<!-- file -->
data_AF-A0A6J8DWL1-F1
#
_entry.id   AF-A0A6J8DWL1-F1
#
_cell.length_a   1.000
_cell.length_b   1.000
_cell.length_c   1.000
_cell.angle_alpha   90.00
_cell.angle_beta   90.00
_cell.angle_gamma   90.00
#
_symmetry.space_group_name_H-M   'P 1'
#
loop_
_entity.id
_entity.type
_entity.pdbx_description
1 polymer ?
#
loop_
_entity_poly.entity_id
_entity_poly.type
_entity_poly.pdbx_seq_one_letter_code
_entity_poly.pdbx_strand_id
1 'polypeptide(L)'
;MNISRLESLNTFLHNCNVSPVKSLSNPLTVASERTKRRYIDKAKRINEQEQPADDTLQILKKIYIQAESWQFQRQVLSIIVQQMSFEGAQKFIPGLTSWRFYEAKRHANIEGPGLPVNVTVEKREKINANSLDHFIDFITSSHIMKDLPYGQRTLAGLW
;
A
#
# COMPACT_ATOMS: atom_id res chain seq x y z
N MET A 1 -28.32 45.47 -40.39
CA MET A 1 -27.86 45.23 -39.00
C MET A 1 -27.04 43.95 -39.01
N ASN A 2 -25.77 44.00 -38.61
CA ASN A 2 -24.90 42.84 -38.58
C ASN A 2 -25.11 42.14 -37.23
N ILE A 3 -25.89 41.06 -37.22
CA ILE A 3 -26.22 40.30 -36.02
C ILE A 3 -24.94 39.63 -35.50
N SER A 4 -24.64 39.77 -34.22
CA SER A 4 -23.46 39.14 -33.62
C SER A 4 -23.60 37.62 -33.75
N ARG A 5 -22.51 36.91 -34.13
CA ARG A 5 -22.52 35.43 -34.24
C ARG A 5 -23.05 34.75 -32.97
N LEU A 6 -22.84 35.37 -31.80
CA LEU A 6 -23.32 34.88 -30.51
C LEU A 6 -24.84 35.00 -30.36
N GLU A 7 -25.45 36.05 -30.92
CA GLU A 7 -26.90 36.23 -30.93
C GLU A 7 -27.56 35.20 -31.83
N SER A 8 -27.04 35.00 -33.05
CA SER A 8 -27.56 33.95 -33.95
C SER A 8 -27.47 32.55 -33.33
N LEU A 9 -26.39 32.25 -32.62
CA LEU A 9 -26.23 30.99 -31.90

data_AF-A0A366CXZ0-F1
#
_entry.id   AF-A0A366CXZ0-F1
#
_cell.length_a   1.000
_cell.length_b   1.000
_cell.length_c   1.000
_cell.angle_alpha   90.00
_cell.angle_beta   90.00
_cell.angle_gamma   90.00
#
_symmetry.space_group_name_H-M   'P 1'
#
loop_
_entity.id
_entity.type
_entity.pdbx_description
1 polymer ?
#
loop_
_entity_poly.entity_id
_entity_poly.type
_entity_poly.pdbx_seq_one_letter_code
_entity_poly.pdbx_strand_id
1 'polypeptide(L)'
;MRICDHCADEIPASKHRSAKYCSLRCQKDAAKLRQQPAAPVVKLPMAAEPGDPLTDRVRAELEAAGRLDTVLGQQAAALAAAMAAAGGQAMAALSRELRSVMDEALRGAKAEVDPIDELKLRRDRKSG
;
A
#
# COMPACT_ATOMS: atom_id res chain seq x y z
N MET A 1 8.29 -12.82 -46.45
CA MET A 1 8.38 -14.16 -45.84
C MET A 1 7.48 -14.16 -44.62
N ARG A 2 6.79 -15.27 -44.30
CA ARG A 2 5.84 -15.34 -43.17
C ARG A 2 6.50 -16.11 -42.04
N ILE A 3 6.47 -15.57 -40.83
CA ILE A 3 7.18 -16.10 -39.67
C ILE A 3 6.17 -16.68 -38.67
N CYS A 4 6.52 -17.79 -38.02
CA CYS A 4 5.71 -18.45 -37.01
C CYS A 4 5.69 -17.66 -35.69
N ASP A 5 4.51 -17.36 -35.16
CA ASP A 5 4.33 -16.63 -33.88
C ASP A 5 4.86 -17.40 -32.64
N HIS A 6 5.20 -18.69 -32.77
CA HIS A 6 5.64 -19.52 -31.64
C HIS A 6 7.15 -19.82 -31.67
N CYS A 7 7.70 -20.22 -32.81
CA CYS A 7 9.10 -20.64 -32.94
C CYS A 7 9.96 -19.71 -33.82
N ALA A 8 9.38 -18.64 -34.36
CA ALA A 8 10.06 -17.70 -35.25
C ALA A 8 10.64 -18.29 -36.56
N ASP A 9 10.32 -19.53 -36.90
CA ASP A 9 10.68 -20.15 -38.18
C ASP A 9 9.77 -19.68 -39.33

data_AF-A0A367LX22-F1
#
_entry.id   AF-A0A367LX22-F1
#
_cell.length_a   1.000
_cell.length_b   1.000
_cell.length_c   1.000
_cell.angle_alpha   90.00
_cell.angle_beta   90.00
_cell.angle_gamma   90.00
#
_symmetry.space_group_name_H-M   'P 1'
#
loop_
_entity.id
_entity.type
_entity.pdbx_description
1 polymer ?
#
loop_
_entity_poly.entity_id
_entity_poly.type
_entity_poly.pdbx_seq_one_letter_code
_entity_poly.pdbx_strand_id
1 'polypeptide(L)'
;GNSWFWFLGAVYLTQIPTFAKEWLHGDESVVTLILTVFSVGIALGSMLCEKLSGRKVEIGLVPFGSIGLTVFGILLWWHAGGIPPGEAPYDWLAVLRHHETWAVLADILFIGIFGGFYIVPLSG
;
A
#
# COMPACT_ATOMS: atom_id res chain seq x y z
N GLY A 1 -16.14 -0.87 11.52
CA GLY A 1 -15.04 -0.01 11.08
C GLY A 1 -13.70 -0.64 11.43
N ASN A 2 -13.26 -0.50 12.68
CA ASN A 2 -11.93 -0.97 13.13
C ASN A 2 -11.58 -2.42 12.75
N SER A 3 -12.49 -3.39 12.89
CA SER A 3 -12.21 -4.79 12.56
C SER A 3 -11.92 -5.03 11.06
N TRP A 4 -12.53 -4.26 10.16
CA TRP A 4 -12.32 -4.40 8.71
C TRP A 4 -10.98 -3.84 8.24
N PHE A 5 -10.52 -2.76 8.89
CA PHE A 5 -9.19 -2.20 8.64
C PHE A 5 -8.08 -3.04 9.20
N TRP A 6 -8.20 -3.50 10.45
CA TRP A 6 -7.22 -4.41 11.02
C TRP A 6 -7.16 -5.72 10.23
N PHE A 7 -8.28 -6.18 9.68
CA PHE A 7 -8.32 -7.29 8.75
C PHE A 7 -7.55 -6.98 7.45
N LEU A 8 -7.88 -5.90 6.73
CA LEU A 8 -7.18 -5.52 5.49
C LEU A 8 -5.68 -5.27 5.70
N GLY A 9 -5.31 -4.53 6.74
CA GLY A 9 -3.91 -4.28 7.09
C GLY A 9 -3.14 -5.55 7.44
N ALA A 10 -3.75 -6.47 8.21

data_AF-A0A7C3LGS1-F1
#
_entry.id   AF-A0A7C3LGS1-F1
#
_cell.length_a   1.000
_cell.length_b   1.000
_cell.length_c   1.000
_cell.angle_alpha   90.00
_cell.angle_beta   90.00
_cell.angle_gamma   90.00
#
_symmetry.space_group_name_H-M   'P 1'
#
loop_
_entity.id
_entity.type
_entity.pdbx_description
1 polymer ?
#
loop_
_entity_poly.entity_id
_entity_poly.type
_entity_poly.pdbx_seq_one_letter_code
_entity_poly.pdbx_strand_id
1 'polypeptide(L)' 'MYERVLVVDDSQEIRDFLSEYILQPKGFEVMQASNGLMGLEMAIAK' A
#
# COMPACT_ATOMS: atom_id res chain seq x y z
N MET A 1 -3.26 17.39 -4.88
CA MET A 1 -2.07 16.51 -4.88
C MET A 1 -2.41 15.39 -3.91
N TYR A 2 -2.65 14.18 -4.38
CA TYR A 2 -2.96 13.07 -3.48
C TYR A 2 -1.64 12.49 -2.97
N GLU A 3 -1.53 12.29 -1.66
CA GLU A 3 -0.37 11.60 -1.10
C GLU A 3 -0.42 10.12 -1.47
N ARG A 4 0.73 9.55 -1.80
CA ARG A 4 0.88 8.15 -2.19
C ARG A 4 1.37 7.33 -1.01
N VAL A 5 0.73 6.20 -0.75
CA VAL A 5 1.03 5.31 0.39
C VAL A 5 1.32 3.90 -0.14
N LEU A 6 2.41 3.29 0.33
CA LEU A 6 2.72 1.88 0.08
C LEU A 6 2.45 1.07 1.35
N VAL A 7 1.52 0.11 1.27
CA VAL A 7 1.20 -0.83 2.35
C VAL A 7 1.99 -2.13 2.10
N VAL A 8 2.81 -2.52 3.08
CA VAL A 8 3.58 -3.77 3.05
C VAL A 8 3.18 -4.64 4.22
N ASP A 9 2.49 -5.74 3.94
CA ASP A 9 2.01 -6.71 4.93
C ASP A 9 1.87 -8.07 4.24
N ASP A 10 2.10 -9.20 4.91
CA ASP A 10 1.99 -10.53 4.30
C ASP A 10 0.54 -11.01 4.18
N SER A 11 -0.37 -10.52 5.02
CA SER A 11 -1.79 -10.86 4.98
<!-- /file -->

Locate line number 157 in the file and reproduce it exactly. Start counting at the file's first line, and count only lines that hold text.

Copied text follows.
CA PHE A 5 -9.19 -2.20 8.64